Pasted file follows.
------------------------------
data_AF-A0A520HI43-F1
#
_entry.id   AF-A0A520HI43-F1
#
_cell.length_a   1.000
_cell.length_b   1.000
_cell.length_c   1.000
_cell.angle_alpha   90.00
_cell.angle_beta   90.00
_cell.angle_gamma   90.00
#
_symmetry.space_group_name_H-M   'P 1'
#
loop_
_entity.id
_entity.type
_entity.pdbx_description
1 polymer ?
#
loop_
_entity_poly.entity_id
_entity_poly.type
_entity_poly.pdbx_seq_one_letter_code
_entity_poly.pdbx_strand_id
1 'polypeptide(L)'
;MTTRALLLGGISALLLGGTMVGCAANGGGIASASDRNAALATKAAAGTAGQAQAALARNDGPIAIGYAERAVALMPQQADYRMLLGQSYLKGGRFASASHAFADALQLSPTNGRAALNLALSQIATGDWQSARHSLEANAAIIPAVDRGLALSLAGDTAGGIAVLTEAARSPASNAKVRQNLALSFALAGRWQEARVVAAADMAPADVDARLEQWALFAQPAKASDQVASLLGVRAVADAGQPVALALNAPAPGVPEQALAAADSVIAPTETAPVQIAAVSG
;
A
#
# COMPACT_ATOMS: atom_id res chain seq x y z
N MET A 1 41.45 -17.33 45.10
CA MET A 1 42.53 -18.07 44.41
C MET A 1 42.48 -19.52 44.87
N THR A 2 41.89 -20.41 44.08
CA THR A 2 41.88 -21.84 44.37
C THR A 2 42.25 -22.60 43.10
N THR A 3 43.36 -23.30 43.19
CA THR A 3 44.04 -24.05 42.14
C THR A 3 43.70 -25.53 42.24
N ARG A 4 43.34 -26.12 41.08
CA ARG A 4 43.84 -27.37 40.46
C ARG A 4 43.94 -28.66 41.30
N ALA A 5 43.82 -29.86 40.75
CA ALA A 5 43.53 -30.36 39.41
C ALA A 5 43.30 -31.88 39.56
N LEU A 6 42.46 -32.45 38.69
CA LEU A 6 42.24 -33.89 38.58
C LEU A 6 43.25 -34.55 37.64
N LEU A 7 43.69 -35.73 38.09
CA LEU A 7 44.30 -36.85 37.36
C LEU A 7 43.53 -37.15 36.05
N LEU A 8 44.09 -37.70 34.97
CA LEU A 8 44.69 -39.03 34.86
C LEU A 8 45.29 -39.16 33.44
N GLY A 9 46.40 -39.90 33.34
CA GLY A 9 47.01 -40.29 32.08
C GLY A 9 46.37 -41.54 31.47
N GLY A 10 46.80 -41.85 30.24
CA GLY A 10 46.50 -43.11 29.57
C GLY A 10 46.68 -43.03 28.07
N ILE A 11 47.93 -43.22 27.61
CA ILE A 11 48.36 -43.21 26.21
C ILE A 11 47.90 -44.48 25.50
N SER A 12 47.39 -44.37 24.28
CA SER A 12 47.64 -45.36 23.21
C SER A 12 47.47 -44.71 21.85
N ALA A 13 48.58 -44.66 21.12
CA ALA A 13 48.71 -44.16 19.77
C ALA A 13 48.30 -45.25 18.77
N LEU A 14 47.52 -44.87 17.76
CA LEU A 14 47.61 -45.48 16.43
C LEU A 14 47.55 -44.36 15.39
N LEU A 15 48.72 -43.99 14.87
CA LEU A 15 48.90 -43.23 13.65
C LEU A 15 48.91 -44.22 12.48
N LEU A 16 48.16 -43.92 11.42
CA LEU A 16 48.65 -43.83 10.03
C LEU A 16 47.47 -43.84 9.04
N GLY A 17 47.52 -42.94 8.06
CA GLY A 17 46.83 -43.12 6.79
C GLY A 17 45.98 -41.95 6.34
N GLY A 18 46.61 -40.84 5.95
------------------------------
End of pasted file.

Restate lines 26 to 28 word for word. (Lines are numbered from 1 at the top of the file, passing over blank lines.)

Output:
;MTTRALLLGGISALLLGGTMVGCAANGGGIASASDRNAALATKAAAGTAGQAQAALARNDGPIAIGYAERAVALMPQQADYRMLLGQSYLKGGRFASASHAFADALQLSPTNGRAALNLALSQIATGDWQSARHSLEANAAIIPAVDRGLALSLAGDTAGGIAVLTEAARSPASNAKVRQNLALSFALAGRWQEARVVAAADMAPADVDARLEQWALFAQPAKASDQVASLLGVRAVADAGQPVALALNAPAPGVPEQALAAADSVIAPTETAPVQIAAVSG
;
A